Should lawmakers in Washington, DC fail to resolve the fiscal cliff, the Texas budget will fall short by more than $1 billion.  Over half that amount will come out of an already taxed education budget in a state where 62% of the student population is composed of racial or ethnic minorities.

A further cut of slightly more than $1 billion could translate into further job and program losses, including the firing of 1,400 teaching and educational support jobs.  This would come on top of 25,000 layoffs for teachers and support staff in 2011 and 2012, despite an increase of approximately 332,000 students in the last four years.  Most of the service cuts will come from Title I grants and special needs programs, which already operate on limited funds and affect underprivileged students.

The bottom line is that Texas cannot afford additional financial strains, especially with regard to the education budget that already saw drastic cuts in 2011 and prompted six lawsuits in state courts surrounding school finance.  It is our obligation to urge federal lawmakers to resolve the fiscal cliff and prevent further cuts to the programs and services that affect the well-being of our children, our state, our economy, and our country.

Looking at Health Through the Eyes of Our Youth

Judith Santibanez is one of the youth exhibiting this Saturday.

Growing up in neighborhoods where green spaces are almost nonexistent and food choices amount to bodegas and takeout menus makes eating and living healthy much harder.  Making the conscious decision to live a more balanced lifestyle is certainly commendable, but it only works when the necessary elements are available and accessible.  For too many Latino communities, those elements are not in place and families are forced to choose from unhealthy options that only worsen the burgeoning obesity and diabetes rates among Hispanics, especially our youth.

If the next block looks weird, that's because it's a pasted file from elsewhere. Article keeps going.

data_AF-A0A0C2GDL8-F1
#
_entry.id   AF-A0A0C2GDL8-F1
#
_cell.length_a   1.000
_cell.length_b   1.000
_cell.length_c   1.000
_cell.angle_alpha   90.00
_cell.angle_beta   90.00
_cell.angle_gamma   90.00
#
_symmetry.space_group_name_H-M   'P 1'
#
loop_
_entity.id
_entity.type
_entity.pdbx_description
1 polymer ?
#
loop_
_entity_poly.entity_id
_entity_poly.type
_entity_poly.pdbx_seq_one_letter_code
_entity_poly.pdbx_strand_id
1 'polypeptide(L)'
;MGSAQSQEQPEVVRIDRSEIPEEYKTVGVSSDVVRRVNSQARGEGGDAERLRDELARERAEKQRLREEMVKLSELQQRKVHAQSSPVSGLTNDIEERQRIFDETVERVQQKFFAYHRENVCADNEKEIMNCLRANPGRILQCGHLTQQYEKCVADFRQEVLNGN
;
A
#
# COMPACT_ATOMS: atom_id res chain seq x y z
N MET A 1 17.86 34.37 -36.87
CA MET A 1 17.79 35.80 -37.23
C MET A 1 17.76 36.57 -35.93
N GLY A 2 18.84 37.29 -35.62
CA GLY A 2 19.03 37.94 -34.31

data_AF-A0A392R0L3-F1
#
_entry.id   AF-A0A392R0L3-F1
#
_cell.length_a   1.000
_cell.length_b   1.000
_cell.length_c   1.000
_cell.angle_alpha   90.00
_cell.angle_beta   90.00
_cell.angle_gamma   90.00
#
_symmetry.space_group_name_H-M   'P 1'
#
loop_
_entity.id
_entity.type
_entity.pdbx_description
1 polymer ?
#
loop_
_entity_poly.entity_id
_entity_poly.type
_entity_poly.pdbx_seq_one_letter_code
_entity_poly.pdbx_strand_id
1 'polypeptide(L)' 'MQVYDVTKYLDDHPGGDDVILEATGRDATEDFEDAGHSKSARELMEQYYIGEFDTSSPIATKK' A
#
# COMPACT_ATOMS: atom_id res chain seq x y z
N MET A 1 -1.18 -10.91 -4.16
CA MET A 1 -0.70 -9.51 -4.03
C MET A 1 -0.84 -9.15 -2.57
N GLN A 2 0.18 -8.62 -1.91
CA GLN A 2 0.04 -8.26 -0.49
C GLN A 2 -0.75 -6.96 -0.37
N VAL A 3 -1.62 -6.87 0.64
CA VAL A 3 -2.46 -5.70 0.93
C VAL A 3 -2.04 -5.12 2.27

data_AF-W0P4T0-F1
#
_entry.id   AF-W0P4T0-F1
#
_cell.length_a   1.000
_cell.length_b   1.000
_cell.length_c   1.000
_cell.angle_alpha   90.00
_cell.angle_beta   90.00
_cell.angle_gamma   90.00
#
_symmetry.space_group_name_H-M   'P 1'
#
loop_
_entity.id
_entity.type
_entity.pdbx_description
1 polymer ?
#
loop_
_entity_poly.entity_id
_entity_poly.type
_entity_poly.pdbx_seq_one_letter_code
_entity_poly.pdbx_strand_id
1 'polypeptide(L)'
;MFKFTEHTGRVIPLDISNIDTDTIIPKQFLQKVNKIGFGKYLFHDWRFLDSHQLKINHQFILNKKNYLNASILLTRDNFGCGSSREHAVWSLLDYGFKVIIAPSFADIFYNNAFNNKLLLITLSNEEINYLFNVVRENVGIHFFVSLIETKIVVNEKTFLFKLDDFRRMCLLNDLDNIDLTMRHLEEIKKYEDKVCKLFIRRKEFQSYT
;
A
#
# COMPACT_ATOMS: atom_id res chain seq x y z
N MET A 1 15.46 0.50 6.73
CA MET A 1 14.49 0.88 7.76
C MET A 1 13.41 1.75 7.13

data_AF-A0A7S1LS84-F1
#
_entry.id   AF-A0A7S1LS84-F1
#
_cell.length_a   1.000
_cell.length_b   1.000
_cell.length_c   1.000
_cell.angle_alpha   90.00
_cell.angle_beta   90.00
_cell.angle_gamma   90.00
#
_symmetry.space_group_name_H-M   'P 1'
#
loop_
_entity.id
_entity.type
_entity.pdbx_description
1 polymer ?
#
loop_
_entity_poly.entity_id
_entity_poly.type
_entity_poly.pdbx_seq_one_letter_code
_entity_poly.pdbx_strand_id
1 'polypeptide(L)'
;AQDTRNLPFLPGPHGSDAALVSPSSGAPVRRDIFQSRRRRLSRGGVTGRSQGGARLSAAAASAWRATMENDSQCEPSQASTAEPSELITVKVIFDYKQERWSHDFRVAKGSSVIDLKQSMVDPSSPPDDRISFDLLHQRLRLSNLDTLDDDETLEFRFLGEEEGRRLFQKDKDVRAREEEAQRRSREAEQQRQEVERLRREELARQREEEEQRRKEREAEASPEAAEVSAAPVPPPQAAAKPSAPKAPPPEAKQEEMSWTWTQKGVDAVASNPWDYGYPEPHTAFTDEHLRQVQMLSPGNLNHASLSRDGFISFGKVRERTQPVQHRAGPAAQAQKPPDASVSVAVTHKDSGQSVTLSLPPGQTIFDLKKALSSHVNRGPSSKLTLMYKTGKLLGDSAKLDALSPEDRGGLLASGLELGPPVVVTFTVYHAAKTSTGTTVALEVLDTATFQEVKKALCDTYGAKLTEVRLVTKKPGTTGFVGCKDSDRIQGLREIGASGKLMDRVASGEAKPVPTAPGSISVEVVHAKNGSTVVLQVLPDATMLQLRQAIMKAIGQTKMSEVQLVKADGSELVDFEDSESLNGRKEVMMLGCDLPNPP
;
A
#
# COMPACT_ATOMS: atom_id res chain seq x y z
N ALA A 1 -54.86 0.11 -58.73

It’s going to take Latinos working together to ensure that our kids live long, healthy lives.  That’s why we’ve teamed up with Sodexo, ConAgra Foods, and two of our Affiliates, Alivio Medical Center and Gads Hill Center, to present Reflejos de mi comunidad:  comida y estilo de vida (Reflections of My Community:  Food and Lifestyle), a project designed to assess the barriers that prevent low-income, inner-city Latino youth from healthy eating and active living.  The project also aims to engage parents in creating a healthy lifestyle for their whole family.  And we’re starting this weekend!

On Saturday, we’re hosting a community event at the National Museum of Mexican Art in Chicago.  We’ll be showcasing a youth photo exhibit that Chicago teens have produced to illustrate the challenges they face in accessing healthy foods.  You’ll have an opportunity to meet some of the students themselves and you’ll get to know more about what we do to improve the health of our Latino youth.

Check out the photos below of some of the other youth who will be exhibiting. Come see the rest on Saturday!


Jessica Hernandez


Mohammed Mohammed


Junior Flores, Eddie Ramirez and “Marie”